US stock market sentiment shows a high degree of bullish optimism and several signals suggest the market is heavily overbought, indicating a significant probability of a price pull-back for the short-term, according to Robert Colby, Chief Investment Strategist at Robert W. Colby Asset Management.
Colby points to sentiment indicators like the CNN Money Fear & Greed Index which jumped to an extremely overbought 91 last week, its highest level in more than 2 years (see Chart 1). Moreover, corporate insiders (officers, directors, and major stockholders) have been selling stocks of their own companies at the fastest pace in two decades (see Chart 2), which suggests the market is at its most overbought level since the dotcom bubble top in 2000. He recalls what happened the last three times the S&P 500 index rose to a new high:
1. On 9/21/2018, the S&P 500 index made a new intraday high at 2940.91, but 96 days later it had fallen to 2346.58, down 20.21%.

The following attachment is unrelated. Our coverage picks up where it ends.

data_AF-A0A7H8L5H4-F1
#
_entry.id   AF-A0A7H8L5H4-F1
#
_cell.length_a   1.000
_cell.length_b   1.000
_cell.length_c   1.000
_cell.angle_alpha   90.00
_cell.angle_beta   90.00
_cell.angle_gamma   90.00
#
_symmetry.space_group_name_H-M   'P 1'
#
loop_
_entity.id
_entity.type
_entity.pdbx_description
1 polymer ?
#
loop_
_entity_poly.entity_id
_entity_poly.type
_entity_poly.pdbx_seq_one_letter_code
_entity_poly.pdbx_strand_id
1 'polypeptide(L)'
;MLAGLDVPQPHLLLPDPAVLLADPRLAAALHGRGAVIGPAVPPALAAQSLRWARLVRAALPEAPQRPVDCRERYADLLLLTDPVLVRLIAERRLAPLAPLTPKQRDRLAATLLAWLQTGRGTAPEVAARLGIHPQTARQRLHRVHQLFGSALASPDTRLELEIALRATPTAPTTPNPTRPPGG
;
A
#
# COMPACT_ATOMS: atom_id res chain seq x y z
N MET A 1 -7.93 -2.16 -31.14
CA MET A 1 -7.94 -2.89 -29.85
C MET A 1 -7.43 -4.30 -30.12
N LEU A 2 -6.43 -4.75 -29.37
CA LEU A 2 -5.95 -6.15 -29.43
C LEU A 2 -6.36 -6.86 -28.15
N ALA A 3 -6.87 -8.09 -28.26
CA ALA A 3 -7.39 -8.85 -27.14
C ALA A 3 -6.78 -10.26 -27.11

2. On 5/1/2019, the S&P 500 index made a new intraday high at 2954.13, but 33 days later it had fallen to 2728.81, down 7.63%.
3. On 7/26/2019, the S&P 500 index made a new intraday high at 3027.98, but just 10 days later it had fallen to 2822.12, down 6.80%.
Although overbought for the short-term, Colby stresses the S&P 500 remains systematically bullish for the long term, because price is above both the rising 50-day and the rising 200-day Simple Moving Averages (SMA), and the 50-day SMA is above the 200-day SMA. Though he says to keep in mind that trend following using moving averages always lags at price turning points.